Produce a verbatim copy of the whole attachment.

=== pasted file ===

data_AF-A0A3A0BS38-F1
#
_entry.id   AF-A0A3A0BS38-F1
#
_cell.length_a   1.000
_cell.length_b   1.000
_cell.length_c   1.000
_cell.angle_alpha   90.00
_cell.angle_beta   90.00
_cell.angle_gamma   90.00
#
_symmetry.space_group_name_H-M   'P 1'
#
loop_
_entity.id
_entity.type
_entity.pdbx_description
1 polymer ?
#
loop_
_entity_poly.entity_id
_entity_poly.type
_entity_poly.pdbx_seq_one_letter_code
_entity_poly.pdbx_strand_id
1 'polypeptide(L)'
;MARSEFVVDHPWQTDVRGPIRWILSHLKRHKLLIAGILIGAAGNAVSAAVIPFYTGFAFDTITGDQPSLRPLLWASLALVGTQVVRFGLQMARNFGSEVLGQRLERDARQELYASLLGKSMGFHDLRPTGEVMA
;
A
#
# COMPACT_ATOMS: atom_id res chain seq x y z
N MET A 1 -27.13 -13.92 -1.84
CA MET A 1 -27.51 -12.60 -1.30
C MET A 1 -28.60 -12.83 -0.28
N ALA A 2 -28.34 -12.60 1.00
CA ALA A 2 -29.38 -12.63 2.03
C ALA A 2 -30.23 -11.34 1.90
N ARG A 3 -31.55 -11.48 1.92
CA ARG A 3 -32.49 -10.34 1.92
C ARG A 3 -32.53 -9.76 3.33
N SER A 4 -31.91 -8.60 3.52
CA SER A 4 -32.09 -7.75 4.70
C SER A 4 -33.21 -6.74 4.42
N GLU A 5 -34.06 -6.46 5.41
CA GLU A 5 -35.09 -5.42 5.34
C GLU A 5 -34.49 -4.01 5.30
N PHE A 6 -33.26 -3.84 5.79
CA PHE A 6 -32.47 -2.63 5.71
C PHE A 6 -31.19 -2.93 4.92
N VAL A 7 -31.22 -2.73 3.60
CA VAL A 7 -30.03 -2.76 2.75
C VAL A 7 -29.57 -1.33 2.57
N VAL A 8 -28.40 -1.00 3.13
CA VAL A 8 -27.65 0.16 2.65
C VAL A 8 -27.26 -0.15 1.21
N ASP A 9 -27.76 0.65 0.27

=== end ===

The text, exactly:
data_AF-A0A3A0BS38-F1
#
_entry.id   AF-A0A3A0BS38-F1
#
_cell.length_a   1.000
_cell.length_b   1.000
_cell.length_c   1.000
_cell.angle_alpha   90.00
_cell.angle_beta   90.00
_cell.angle_gamma   90.00
#
_symmetry.space_group_name_H-M   'P 1'
#
loop_
_entity.id
_entity.type
_entity.pdbx_description
1 polymer ?
#
loop_
_entity_poly.entity_id
_entity_poly.type
_entity_poly.pdbx_seq_one_letter_code
_entity_poly.pdbx_strand_id
1 'polypeptide(L)'
;MARSEFVVDHPWQTDVRGPIRWILSHLKRHKLLIAGILIGAAGNAVSAAVIPFYTGFAFDTITGDQPSLRPLLWASLALVGTQVVRFGLQMARNFGSEVLGQRLERDARQELYASLLGKSMGFHDLRPTGEVMA
;
A
#
# COMPACT_ATOMS: atom_id res chain seq x y z
N MET A 1 -27.13 -13.92 -1.84
CA MET A 1 -27.51 -12.60 -1.30
C MET A 1 -28.60 -12.83 -0.28
N ALA A 2 -28.34 -12.60 1.00
CA ALA A 2 -29.38 -12.63 2.03
C ALA A 2 -30.23 -11.34 1.90
N ARG A 3 -31.55 -11.48 1.92
CA ARG A 3 -32.49 -10.34 1.92
C ARG A 3 -32.53 -9.76 3.33
N SER A 4 -31.91 -8.60 3.52
CA SER A 4 -32.09 -7.75 4.70
C SER A 4 -33.21 -6.74 4.42
N GLU A 5 -34.06 -6.46 5.41
CA GLU A 5 -35.09 -5.42 5.34
C GLU A 5 -34.49 -4.01 5.30
N PHE A 6 -33.26 -3.84 5.79
CA PHE A 6 -32.47 -2.63 5.71
C PHE A 6 -31.19 -2.93 4.92
N VAL A 7 -31.22 -2.73 3.60
CA VAL A 7 -30.03 -2.76 2.75
C VAL A 7 -29.57 -1.33 2.57
N VAL A 8 -28.40 -1.00 3.13
CA VAL A 8 -27.65 0.16 2.65
C VAL A 8 -27.26 -0.15 1.21
N ASP A 9 -27.76 0.65 0.27